King County Metro + Sound Transit != TriMet

I haven’t done a ridership & statistics brain exercise in a long time. However Sound Transit sent out their ridership report recently and I had to check it out. I brought it up and immediately thought about a few people always harping on TriMet in Portland compared to Metro & Sound here in the Seattle area. TriMet does an amazing job, even though some of the locals still gripe to no end. Sure TriMet could be better, but they really ought to think before they hold up others that aren’t doing so well in comparison.

Let’s take a look at a few really basic examples.

Sound Transit + Metro had the following weekday ridership on various modes.

TriMet (Data Source:  http://trimet.org/pdfs/publications/performance-statistics/Nov2010.pdf)

  • All Bus Routes: 186,900 Cost Per Ride: 2.85
  • MAX (4 routes): 123,680 Cost Per Ride: 1.73
  • Commuter Rail: 1,350 Cost Per Ride: 15.76

King County Metro
All Bus Routes: 365,000 (Data Source: http://www.worldlingo.com/ma/enwiki/en/Metro_Transit_(King_County))
or
All Bus Routes: 306,074 (http://www.kingcounty.gov/exec/strategy/PerformMgmt/BenchmarkProgram/Transportation/TR42_TransitRidership/TransitRidershipTable.aspx)

Note: King County Metro does such a poor job of keeping track of ridership with public access that I gave up even trying to figure out the cost per rider.  I’m honestly appalled by the poor statistics that are publicly available.  One can’t tell what the agency is doing, it really bothers me and can understand why the agency is such a blind spot of apathy for many in the Seattle Metropolitan area.  This is very unfortunate.  If anyone knows where or how to get this information from the agency, I’d love to know what the official statistics are.

Sound Transit (http://www.soundtransit.org/Documents/pdf/newsroom/Ridership_Q3_2010.pdf)
All Bus Routes: 45,305 Cost Per Ride: 7.47
Link (1 route): 23,762 Cost Per Ride: 6.53
Commuter Rail: 8,665 Cost Per Ride: 14.41
Streetcar (Tacoma Link): 2,907 Cost Per Ride: 3.83

Sound Transit does a vastly superior job with their web presence, communications, and overall organization of the agency.  Metro should be held to these standards and made responsible for providing at LEAST Sound Transit level public data and site standards.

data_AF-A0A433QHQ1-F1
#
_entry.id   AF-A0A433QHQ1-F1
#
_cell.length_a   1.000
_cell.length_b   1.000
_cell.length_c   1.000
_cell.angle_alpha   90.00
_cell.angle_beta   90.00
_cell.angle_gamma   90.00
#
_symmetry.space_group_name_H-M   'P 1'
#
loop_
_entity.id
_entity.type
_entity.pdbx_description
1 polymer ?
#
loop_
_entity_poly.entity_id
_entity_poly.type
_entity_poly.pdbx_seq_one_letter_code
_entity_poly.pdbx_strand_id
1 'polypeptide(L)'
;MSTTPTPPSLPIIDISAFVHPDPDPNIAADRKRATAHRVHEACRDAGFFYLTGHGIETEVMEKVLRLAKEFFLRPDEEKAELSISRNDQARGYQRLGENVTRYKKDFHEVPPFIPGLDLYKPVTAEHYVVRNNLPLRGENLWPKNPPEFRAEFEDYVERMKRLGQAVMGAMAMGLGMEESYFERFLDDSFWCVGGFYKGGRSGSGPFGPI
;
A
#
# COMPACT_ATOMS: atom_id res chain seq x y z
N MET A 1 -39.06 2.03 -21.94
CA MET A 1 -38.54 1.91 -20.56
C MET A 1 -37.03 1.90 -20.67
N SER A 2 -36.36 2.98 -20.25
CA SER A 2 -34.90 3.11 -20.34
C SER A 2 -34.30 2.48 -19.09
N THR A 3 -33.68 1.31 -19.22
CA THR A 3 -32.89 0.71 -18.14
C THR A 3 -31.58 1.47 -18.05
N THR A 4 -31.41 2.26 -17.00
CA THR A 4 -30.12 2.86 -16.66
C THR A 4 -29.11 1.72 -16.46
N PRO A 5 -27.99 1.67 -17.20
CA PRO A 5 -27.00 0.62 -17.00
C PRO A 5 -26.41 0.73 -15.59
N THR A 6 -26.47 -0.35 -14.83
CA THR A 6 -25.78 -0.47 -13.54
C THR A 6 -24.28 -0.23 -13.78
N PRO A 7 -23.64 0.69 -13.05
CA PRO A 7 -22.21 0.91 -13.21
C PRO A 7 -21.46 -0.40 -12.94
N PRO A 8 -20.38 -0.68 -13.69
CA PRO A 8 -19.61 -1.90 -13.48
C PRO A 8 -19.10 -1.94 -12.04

So to those that rant on and on about how horrible TriMet is and how wonderful Metro + Sound Transit is, check your premise.  You’re way off base.  TriMet costs less to the taxpayer and carries more people for that money.  On a market share basis TriMet also carries almost 2x as many people in their service area as does Metro + Sound Transit put together.  Of course Sound + Metro have a vastly harder job being that Seattle has allowed a complete desecration and sprawl effect to take place.  Without a clear UGB and the respective funds not being blown to support suburban sprawl the transit agency has almost no hope of gaining a significant share of ridership like Portland (OR), or even more seriously Vancouver (BC) or other such city.

Either way, all the agencies shown are doing a great job at a core level, but there is vastly more that should and could be done.  I merely write this to state that there is an imbalance between what each agency accomplishes on a daily, weekly, monthly, and yearly basis.  In the near future I’ll add Vancouver to this list of stats to show how much work truly needs to be done for a world class transit system and to up the scale, class, and efficiency in both Seattle and Portland.

In addition to the excellent job TriMet does coming forward with these numbers and information in general, they’ve now got a dashboard to show the ongoing trends for ridership!!  Check out http://www.trimet.org/about/dashboard.htm.

Here’s some of the charts:

Ridership

Ridership

Cost Per Rider

Cost Per Rider

Advertisements

Another Reason China will Overtake the US Soon

The speed record.

CNNs Coverage

A lot of what is stated in this spot on China’s High Speed Rail at CNN is off kilter.  For instance, the train doesn’t go “into the country”, but instead generally stays in the densely populated coastal regions.  It WILL create a huge industry, and even though there is something stated about the tickets being too expensive, that’s the case with airlines too.  It is almost as if the burgeoning middle class of the country is disregarded.  They all will be able to use this train.

Naysayers the lot, but just like the Great Northern and the original railroads of the US, it’ll prove invaluable for the nation.

Meanwhile, the US continues to spiral into incompetence and infrastructure neglect.  Where once the US was untouchable, we’ve lagged in development and capability.  Often not even able to build our own tracks anymore let alone reliable, high speed passenger trains.

Tracked Hovercraft, More Routes

I just pulled up a quick route for going to Vivace Coffee from where I work near Pike Place.

In other news a few Portlanders I know of have a blog I stumbled upon a pretty cool blog by a group of Londoner’s called At War With the Motorist.

…and for the moment that’s all I’ve got.  I hope to find out more about the Seattle Streetcar, or “First Hill Streetcar” I believe they call it and the light rail extensions soon.  It seems things move slower than a glacier here in Seattle in relation to transit.

Checking Out Seattle Neighborhoods

A friend is moving to Seattle and in addition my lease will be up in April.  To get ahead of the curve I’ve been checking out transit friendly neighborhoods around the city.

Ballard

Capitol Hill

Fremont

Any other suggestions on awesome transit friendly areas of Seattle?